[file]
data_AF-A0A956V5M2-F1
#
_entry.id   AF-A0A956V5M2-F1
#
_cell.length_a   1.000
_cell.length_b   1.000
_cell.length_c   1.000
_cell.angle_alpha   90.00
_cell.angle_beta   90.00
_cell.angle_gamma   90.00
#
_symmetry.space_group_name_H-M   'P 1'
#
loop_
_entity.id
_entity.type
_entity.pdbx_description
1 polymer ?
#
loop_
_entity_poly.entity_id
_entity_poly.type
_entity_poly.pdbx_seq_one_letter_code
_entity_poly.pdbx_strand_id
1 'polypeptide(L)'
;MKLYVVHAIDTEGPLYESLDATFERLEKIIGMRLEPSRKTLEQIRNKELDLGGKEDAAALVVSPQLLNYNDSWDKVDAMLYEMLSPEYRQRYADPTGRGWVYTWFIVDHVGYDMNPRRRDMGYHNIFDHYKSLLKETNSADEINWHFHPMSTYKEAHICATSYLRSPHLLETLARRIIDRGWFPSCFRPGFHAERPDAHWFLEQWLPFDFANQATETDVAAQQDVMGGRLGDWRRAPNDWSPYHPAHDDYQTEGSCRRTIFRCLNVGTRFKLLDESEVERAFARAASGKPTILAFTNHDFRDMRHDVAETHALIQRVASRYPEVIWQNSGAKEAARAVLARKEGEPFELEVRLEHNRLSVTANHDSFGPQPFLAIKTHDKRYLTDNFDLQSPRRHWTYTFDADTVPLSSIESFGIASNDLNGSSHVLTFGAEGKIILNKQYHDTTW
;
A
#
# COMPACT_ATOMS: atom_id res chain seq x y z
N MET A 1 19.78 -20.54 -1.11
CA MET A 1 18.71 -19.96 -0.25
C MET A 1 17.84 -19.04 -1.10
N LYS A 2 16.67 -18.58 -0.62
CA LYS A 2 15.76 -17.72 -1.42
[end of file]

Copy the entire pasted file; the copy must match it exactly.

data_AF-A0A956V5M2-F1
#
_entry.id   AF-A0A956V5M2-F1
#
_cell.length_a   1.000
_cell.length_b   1.000
_cell.length_c   1.000
_cell.angle_alpha   90.00
_cell.angle_beta   90.00
_cell.angle_gamma   90.00
#
_symmetry.space_group_name_H-M   'P 1'
#
loop_
_entity.id
_entity.type
_entity.pdbx_description
1 polymer ?
#
loop_
_entity_poly.entity_id
_entity_poly.type
_entity_poly.pdbx_seq_one_letter_code
_entity_poly.pdbx_strand_id
1 'polypeptide(L)'
;MKLYVVHAIDTEGPLYESLDATFERLEKIIGMRLEPSRKTLEQIRNKELDLGGKEDAAALVVSPQLLNYNDSWDKVDAMLYEMLSPEYRQRYADPTGRGWVYTWFIVDHVGYDMNPRRRDMGYHNIFDHYKSLLKETNSADEINWHFHPMSTYKEAHICATSYLRSPHLLETLARRIIDRGWFPSCFRPGFHAERPDAHWFLEQWLPFDFANQATETDVAAQQDVMGGRLGDWRRAPNDWSPYHPAHDDYQTEGSCRRTIFRCLNVGTRFKLLDESEVERAFARAASGKPTILAFTNHDFRDMRHDVAETHALIQRVASRYPEVIWQNSGAKEAARAVLARKEGEPFELEVRLEHNRLSVTANHDSFGPQPFLAIKTHDKRYLTDNFDLQSPRRHWTYTFDADTVPLSSIESFGIASNDLNGSSHVLTFGAEGKIILNKQYHDTTW
;
A
#
# COMPACT_ATOMS: atom_id res chain seq x y z
N MET A 1 19.78 -20.54 -1.11
CA MET A 1 18.71 -19.96 -0.25
C MET A 1 17.84 -19.04 -1.10
N LYS A 2 16.67 -18.58 -0.62
CA LYS A 2 15.76 -17.72 -1.42